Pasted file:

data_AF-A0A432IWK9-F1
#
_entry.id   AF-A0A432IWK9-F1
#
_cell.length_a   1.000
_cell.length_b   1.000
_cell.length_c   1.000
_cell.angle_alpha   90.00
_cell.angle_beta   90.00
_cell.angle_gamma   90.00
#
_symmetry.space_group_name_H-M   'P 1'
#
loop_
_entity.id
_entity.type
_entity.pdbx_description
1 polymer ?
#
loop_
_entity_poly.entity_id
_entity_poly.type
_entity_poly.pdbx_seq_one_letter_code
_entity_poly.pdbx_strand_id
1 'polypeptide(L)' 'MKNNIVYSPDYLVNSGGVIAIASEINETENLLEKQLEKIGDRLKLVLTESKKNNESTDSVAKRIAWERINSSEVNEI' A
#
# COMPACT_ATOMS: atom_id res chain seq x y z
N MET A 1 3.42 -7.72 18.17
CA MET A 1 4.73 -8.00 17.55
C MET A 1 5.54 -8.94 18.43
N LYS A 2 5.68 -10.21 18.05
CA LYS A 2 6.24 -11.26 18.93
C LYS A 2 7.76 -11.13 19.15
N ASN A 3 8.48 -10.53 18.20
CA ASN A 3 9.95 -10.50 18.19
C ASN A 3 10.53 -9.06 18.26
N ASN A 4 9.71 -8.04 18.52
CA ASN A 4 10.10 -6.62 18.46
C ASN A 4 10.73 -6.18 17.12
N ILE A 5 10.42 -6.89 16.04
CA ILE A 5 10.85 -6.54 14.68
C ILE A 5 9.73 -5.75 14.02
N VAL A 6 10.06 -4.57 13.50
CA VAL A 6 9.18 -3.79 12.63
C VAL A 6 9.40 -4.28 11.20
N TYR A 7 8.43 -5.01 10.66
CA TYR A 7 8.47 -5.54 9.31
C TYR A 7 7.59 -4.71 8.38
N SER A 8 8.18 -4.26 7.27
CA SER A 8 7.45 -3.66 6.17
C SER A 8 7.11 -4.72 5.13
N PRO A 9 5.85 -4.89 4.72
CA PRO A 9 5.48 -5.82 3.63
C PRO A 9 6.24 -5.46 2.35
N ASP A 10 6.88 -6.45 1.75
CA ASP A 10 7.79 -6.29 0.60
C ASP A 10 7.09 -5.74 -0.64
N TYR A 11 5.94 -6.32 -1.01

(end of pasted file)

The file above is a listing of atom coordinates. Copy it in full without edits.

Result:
data_AF-A0A432IWK9-F1
#
_entry.id   AF-A0A432IWK9-F1
#
_cell.length_a   1.000
_cell.length_b   1.000
_cell.length_c   1.000
_cell.angle_alpha   90.00
_cell.angle_beta   90.00
_cell.angle_gamma   90.00
#
_symmetry.space_group_name_H-M   'P 1'
#
loop_
_entity.id
_entity.type
_entity.pdbx_description
1 polymer ?
#
loop_
_entity_poly.entity_id
_entity_poly.type
_entity_poly.pdbx_seq_one_letter_code
_entity_poly.pdbx_strand_id
1 'polypeptide(L)' 'MKNNIVYSPDYLVNSGGVIAIASEINETENLLEKQLEKIGDRLKLVLTESKKNNESTDSVAKRIAWERINSSEVNEI' A
#
# COMPACT_ATOMS: atom_id res chain seq x y z
N MET A 1 3.42 -7.72 18.17
CA MET A 1 4.73 -8.00 17.55
C MET A 1 5.54 -8.94 18.43
N LYS A 2 5.68 -10.21 18.05
CA LYS A 2 6.24 -11.26 18.93
C LYS A 2 7.76 -11.13 19.15
N ASN A 3 8.48 -10.53 18.20
CA ASN A 3 9.95 -10.50 18.19
C ASN A 3 10.53 -9.06 18.26
N ASN A 4 9.71 -8.04 18.52
CA ASN A 4 10.10 -6.62 18.46
C ASN A 4 10.73 -6.18 17.12
N ILE A 5 10.42 -6.89 16.04
CA ILE A 5 10.85 -6.54 14.68
C ILE A 5 9.73 -5.75 14.02
N VAL A 6 10.06 -4.57 13.50
CA VAL A 6 9.18 -3.79 12.63
C VAL A 6 9.40 -4.28 11.20
N TYR A 7 8.43 -5.01 10.66
CA TYR A 7 8.47 -5.54 9.31
C TYR A 7 7.59 -4.71 8.38
N SER A 8 8.18 -4.26 7.27
CA SER A 8 7.45 -3.66 6.17
C SER A 8 7.11 -4.72 5.13
N PRO A 9 5.85 -4.89 4.72
CA PRO A 9 5.48 -5.82 3.63
C PRO A 9 6.24 -5.46 2.35
N ASP A 10 6.88 -6.45 1.75
CA ASP A 10 7.79 -6.29 0.60
C ASP A 10 7.09 -5.74 -0.64
N TYR A 11 5.94 -6.32 -1.01